Ectopic expression of an antisense BpCCoAOMT gene from Betula platyphylla Suk. affects growth and development of tobacco due to lignin content reduction

  • Yong Zhang
  • Xiaoqing Hu
  • Yaoqiang Zheng
  • Xuemei LiuEmail author
Original Article


Lignin is an aromatic polymer and macromolecular organic material and is one of the major components of plant cellular walls. It provides mechanical support for plants and protection against pathogen invasion. Caffeoyl-CoA O-methyltransferase (CCoAOMT) is recognized to be involved in phenylpropanoid metabolism and lignin synthesis, and plays an important role in precursor synthesis of G-lignin units. In this study, a gene encoding CCoAOMT (Genbank ID: AY860952) was isolated from birch (Betula platyphylla Suk.). The predicted BpCCoAOMT polypeptide had high affinity with CCoAOMT from other species. Real-time quantitative polymerase chain reaction (RT-qPCR) results revealed that BpCCoAOMT is most highly expressed in young stems. To study its function in vivo, antisense BpCCoAOMT complementary deoxyribonucleic acid (cDNA) was transformed into tobacco (SR-1) by the Agrobacterium tumefaciens-mediated method. The expression of NtCCoOAMT in antisense BpCCoAOMT transgenic tobacco was down-regulated and total lignin content of transgenic plants decreased by 39% compared to control plants. Maüle reagent was used to distinguish lilac lignin and guaiac wood lignin in situ, which enables S-lignin to exhibit a specific red response. Results revealed that all transgenic tobacco plants were dark brown, while controls were dark red. This indicated that S-lignin content in the xylem was reduced. Compared to wild-type (WT) plants, transgenic tobacco plants had delayed flowering and some had slender stems, curling, and easy lodging. This indicates that the decrease in lignin content interferes with the normal growth of plants.


Lignin Antisense CCoAOMT Birch Tobacco Transgene 



Caffeoyl-CoA O-methyltransferase


Murashige and Skoog medium


Real-time quantitative polymerase chain reaction


Complementary deoxyribonucleic acid


Rapid amplification of cDNA ends







This work was supported by a grant from the Fundamental Research Funds for the Central Universities (No. 2572015EA05). We thank LetPub ( for its linguistic assistance during the preparation of this manuscript.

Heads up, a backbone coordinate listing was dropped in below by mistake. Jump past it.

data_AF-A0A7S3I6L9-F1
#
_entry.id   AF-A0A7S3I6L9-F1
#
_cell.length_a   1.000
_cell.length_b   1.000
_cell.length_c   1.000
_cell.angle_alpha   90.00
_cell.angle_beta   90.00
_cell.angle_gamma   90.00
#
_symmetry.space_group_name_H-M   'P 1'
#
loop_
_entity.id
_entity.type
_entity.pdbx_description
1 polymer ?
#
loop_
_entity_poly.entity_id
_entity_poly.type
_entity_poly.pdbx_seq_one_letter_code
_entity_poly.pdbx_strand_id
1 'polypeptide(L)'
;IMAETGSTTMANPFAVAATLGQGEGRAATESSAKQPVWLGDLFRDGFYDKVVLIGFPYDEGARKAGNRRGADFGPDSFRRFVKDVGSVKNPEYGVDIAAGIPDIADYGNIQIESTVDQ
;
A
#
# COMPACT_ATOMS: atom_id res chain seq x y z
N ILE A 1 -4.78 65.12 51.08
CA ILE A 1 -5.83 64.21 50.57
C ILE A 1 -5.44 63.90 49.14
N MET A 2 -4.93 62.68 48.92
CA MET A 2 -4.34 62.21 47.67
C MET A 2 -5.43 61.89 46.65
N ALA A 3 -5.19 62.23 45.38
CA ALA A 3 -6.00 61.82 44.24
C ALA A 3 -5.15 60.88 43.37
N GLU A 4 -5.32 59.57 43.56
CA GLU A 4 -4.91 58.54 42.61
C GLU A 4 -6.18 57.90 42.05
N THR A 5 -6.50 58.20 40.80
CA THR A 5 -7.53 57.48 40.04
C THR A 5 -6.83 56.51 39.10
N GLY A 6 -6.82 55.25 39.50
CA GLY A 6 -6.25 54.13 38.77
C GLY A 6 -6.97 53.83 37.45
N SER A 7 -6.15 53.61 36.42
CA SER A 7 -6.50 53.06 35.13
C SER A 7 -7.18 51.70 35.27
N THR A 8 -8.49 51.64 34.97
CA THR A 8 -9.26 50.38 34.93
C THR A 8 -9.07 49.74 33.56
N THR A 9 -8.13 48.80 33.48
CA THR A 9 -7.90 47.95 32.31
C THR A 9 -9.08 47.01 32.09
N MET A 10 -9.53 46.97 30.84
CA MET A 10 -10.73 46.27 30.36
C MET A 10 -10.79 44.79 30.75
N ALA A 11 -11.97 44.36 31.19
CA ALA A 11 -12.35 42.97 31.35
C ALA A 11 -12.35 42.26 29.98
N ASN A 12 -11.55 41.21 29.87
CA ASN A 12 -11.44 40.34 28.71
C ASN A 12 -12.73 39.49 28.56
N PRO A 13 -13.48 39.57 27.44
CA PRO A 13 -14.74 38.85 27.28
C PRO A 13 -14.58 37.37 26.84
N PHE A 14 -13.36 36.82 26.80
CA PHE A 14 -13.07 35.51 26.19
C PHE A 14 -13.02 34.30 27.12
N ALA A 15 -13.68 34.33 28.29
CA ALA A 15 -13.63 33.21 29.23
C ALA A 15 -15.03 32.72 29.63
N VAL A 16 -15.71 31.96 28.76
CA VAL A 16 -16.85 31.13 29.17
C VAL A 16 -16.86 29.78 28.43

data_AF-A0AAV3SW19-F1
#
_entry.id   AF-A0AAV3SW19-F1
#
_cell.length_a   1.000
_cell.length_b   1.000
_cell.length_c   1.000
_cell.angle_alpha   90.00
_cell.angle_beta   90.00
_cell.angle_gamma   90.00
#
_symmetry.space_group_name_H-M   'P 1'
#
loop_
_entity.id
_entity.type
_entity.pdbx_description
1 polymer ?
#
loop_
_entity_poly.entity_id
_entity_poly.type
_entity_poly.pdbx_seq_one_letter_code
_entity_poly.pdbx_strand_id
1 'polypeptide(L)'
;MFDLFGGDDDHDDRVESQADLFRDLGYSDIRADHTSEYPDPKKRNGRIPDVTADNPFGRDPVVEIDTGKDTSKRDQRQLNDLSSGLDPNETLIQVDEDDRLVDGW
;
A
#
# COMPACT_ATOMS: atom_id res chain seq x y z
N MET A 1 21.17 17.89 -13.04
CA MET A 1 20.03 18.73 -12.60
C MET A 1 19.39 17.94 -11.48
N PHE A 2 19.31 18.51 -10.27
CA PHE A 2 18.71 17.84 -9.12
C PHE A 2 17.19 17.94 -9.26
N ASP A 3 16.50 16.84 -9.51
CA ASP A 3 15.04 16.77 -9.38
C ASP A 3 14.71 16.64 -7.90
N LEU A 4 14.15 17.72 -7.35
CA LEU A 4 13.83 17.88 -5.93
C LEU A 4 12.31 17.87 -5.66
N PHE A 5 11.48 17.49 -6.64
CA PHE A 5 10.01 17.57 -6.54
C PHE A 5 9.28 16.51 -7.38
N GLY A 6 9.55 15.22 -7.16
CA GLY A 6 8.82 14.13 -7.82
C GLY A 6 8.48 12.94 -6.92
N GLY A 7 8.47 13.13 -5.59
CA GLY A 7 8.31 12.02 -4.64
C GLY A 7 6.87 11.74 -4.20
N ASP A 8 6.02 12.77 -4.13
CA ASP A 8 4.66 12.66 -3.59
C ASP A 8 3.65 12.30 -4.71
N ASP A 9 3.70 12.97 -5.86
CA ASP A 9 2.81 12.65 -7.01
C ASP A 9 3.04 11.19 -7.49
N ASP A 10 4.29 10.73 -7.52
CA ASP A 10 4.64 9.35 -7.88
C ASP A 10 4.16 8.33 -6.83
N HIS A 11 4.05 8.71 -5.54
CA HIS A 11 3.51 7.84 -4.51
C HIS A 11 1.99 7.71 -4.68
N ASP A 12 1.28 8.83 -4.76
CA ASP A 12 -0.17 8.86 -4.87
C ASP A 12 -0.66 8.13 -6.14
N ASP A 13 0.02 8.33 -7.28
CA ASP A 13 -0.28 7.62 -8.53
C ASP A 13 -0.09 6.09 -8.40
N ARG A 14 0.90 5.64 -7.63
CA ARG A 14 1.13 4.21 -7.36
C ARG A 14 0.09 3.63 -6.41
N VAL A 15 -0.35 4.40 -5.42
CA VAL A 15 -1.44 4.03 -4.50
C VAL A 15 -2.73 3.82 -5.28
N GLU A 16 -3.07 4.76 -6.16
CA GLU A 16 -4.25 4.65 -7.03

Author contributions

YZ and XL designed the study. YZ and Yaoqiang Zheng performed the experiments. YZ, XH, and Yaoqiang Zheng conducted the data analyses. XL provided guidance for the study. YZ and XH wrote and revised the manuscript. All authors approved the final version of the manuscript.

Compliance with ethical standards

Conflict of interest

The authors declare they have no conflict of interest.

Supplementary material

13562_2019_533_MOESM1_ESM.tif (1.5 mb)
Figure S1. Transforming tobacco by antisense BpCCoAOMT. (a) Expression vector map of pBI121-antiBpCCoAOMT. BpCCoAOMT is antisense CCoAOMT. NOS is the nopaline synthase terminator. XbaI and BamHI are restriction enzymes. Arrows indicate approximate tangent positions. Diagram is not drawn to scale. (b) The callus began to form 12 days after transformation. (c) Kanamycin resistant clusters formed 20 days after transformation. (d) Thirty days after transformation of kanamycin resistant clusters. (e) Rooting status of transgenic seedlings in MS medium supplemented with kanamycin. (TIFF 1516 kb)
13562_2019_533_MOESM2_ESM.tif (1.8 mb)
Figure S2. Transgenic tobacco stained with Wiesner reagent. (a and c) Transgenic and (a and c) wild-type (b and d) tobacco were used for histochemical staining. Although the strain with the greatest reduction in lignin was selected, the staining effect remained insignificant compared to wild-type tobacco. (TIFF 1840 kb)
13562_2019_533_MOESM3_ESM.tif (55 kb)